(Sandy, UT) – In 2016, 34 families were devastated to learn their teenager had been killed in a motor vehicle crash on Utah roads. Today, they shared their stories to encourage others to drive safely.
Brad and Jenny Montague’s 16-year-old daughter, Erica, was killed on May 7, 2016. “She had gone with a friend to take another friend a gift. Her curfew was 10:30 p.m. so when she was a few minutes late, I sent her a text asking where she was. She replied back, ‘We’re hurrying.’ That was the last time we would hear from her,” said Brad Montague. The driver of the car Erica was riding in was speeding and lost control of the car. The car turned sideways into oncoming traffic. They were hit on the passenger side of the car and Erica was killed instantly.
“Please don’t speed. If you are going to be late, call your parents and let them know. We promise you that they would rather have you home safe and sound – and late – than not come home at all,” pleaded Montague.
Excessive speed was the number one contributing factor in fatal crashes involving a teen driver last year in Utah. Data from the Utah Highway Safety Office showed in 2016, crashes involving a vehicle driven by a teenager traveling 50 miles per hour or higher were 5.5 times more likely to be fatal.
This is the 10th year the Utah Department of Health (UDOH) and Utah Department of Transportation (UDOT) have collected stories of teens killed in motor vehicle crashes. Over the last 10 years, 285 teens aged 13-19 have died on Utah roads. The lives of 120 of these teens were featured in the memoriam books. The books are used by state and local agencies to help drivers of all ages realize the impact their decisions have on others. The books are also distributed to high school driver education classes throughout the state.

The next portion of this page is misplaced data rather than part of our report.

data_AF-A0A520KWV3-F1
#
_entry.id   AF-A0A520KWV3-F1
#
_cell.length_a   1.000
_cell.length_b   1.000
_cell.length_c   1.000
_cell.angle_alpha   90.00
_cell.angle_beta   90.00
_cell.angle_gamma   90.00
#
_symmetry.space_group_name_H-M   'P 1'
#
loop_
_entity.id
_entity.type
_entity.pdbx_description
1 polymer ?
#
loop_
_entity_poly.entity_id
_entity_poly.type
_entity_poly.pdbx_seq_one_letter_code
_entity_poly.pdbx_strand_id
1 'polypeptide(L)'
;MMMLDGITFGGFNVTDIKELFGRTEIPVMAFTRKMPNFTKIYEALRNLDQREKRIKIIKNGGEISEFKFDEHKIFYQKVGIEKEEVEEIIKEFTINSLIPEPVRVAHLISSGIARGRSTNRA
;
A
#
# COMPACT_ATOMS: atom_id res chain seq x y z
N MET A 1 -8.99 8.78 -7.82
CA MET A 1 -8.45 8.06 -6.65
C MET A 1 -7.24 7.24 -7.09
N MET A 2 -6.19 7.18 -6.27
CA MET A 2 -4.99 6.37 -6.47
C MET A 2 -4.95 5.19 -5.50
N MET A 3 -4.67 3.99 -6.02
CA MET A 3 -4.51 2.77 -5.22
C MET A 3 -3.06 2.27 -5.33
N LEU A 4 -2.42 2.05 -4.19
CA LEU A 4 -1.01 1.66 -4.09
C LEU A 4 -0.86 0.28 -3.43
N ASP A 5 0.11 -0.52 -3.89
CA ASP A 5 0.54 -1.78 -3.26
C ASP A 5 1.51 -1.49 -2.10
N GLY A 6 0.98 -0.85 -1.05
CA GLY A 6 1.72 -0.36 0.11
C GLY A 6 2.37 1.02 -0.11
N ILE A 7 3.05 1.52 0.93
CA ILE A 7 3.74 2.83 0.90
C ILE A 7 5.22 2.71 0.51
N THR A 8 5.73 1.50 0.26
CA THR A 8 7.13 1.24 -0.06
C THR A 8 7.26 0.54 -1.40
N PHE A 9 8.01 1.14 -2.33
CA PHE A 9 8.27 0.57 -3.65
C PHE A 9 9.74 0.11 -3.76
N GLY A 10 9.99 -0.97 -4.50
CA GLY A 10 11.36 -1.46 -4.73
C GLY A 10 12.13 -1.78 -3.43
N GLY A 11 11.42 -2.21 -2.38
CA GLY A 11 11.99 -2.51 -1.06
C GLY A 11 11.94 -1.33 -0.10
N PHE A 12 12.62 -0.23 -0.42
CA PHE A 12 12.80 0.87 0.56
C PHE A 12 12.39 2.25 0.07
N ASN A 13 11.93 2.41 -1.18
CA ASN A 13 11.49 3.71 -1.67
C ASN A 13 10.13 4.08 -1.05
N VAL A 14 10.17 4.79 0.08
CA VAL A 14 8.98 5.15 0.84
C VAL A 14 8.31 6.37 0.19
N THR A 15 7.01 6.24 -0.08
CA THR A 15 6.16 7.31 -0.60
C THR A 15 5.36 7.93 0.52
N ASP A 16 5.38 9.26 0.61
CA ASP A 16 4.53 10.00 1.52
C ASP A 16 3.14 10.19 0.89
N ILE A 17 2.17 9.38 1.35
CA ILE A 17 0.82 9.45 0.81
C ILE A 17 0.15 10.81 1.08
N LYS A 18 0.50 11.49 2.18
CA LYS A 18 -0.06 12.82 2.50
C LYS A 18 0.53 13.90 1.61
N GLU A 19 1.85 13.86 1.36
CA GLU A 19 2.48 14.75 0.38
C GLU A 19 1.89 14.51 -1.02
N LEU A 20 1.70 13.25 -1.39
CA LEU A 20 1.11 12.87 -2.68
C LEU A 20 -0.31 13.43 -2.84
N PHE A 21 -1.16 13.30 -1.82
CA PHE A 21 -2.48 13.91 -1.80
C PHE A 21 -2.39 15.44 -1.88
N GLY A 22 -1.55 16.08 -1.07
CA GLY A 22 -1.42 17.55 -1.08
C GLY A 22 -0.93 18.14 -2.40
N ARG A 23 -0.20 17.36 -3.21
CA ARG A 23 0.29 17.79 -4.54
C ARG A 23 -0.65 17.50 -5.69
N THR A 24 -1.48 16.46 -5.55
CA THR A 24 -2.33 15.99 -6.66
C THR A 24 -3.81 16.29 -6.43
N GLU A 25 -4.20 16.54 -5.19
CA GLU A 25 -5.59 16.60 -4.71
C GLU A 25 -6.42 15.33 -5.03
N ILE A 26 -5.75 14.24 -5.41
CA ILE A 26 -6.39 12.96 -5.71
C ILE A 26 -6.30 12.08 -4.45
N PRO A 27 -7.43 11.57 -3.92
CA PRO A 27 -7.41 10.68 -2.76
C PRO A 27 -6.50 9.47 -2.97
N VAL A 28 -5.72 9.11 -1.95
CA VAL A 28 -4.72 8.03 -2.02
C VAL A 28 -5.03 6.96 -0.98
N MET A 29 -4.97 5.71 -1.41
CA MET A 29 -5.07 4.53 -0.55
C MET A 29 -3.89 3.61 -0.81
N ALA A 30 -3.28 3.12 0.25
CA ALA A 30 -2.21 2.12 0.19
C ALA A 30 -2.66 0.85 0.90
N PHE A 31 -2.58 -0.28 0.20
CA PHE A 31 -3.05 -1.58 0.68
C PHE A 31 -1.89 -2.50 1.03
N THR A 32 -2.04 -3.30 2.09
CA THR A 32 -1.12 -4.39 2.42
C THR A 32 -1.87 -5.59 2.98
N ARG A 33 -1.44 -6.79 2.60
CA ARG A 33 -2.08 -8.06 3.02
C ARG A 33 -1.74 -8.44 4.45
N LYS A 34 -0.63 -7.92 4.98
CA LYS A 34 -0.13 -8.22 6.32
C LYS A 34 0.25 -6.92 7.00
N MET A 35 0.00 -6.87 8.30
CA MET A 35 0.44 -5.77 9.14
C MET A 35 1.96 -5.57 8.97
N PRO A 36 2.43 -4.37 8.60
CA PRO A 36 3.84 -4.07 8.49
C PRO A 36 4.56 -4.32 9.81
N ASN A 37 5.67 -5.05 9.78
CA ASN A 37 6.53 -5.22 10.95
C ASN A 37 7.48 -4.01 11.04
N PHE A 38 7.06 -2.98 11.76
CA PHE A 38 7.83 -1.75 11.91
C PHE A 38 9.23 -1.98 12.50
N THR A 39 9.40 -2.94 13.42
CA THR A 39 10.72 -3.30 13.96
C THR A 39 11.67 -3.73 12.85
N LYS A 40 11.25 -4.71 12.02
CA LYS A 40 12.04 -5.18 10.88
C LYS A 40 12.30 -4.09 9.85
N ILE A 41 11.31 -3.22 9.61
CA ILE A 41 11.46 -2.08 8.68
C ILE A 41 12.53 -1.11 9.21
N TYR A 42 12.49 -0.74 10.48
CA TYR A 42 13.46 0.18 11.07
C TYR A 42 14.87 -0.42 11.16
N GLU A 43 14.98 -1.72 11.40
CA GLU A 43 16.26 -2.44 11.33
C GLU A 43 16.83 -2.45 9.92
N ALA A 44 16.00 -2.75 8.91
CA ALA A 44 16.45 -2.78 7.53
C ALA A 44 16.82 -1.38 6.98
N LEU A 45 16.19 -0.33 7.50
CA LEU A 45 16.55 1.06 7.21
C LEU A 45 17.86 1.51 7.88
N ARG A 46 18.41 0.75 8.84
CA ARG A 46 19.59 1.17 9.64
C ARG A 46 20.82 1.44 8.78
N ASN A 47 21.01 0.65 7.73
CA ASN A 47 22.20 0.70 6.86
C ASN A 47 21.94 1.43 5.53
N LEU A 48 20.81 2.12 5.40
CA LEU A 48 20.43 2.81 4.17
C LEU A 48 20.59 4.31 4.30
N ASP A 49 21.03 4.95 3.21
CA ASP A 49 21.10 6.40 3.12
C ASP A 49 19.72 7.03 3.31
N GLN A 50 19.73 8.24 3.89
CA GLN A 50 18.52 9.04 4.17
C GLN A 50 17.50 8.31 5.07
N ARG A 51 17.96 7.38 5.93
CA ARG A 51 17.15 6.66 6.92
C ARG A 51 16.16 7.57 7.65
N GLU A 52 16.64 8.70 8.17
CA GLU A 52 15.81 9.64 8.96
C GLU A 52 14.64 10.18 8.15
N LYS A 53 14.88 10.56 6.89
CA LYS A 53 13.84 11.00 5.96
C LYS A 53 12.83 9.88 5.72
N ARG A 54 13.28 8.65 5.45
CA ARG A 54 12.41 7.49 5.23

Fifteen-year-old Joshua Nielsen is one of those teens featured in this year’s book. Joshua was riding in a car driven by his friend, who had received his learner permit a few months prior to the crash. The driver turned in front of an oncoming vehicle, which T-boned the passenger side where Joshua was sitting. He took the full force of the crash. No one else was hurt.
“There is a reason you practice driving with an adult in the vehicle after receiving your learner permit. Experience is vital,” said Joshua’s mother, Elizabeth Nielsen. “We were honored to be Joshua’s parents and privileged to have this extraordinary soul with us. We will forever miss the beautiful light that shined so bright whenever he entered the room.”
Driver inexperience is often a factor in crashes involving a teen driver. Nationally, the risk of motor vehicle crashes is higher among 16- to 19-year olds than among any other age group. In fact, per miles driven, teen drivers aged 16-19 years old were three times more likely than drivers aged 20 and older to be in a fatal crash.
“Today I am pleading for parents, siblings, and role models to go above and beyond. Don’t let driver education end after a semester-long course. Driving safely is a lifelong pursuit and should be a lifelong effort to improve,” said Carlos Braceras, UDOT executive director.
“Policies such as the Utah Graduated Driver License laws are designed to help new drivers learn driving skills over time and gain the experience needed to become safe drivers. These laws along with prevention efforts by our state and community partners, have saved lives,” said Joseph Miner, UDOH executive director.
The public is invited to view an exhibit commemorating the lives of 120 teens killed on Utah roads over the past 10 years. Memorabilia from select teen crash victims and their stories will also be on display. The exhibit will be at The Shops at South Town in Sandy, Utah through the holiday shopping season.
To download a copy of the book A Reminding Light: Remembering 15 Lives Lost on Utah Roads, visit http://health.utah.gov or http://ut.zerofatalities.com/dont-drive-stupid/.
# # #